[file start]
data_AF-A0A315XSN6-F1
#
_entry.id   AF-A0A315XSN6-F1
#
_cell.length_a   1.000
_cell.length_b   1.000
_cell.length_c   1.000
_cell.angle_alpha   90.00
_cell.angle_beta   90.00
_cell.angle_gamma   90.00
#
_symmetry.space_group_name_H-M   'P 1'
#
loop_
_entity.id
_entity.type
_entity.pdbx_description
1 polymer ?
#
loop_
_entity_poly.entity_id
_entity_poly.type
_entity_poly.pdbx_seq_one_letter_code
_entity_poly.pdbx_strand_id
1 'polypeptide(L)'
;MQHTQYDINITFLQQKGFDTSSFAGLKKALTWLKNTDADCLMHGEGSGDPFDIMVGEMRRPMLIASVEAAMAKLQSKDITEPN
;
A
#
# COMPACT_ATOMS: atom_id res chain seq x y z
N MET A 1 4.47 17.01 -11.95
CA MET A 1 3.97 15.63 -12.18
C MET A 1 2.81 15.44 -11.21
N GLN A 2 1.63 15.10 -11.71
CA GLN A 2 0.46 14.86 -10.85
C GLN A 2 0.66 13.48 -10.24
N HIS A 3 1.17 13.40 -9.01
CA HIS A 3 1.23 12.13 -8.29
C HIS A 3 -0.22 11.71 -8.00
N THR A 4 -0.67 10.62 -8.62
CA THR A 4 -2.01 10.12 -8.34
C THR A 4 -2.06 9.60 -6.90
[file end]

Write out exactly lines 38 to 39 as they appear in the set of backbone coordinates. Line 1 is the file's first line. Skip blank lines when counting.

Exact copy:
CA HIS A 3 1.23 12.13 -8.29
C HIS A 3 -0.22 11.71 -8.00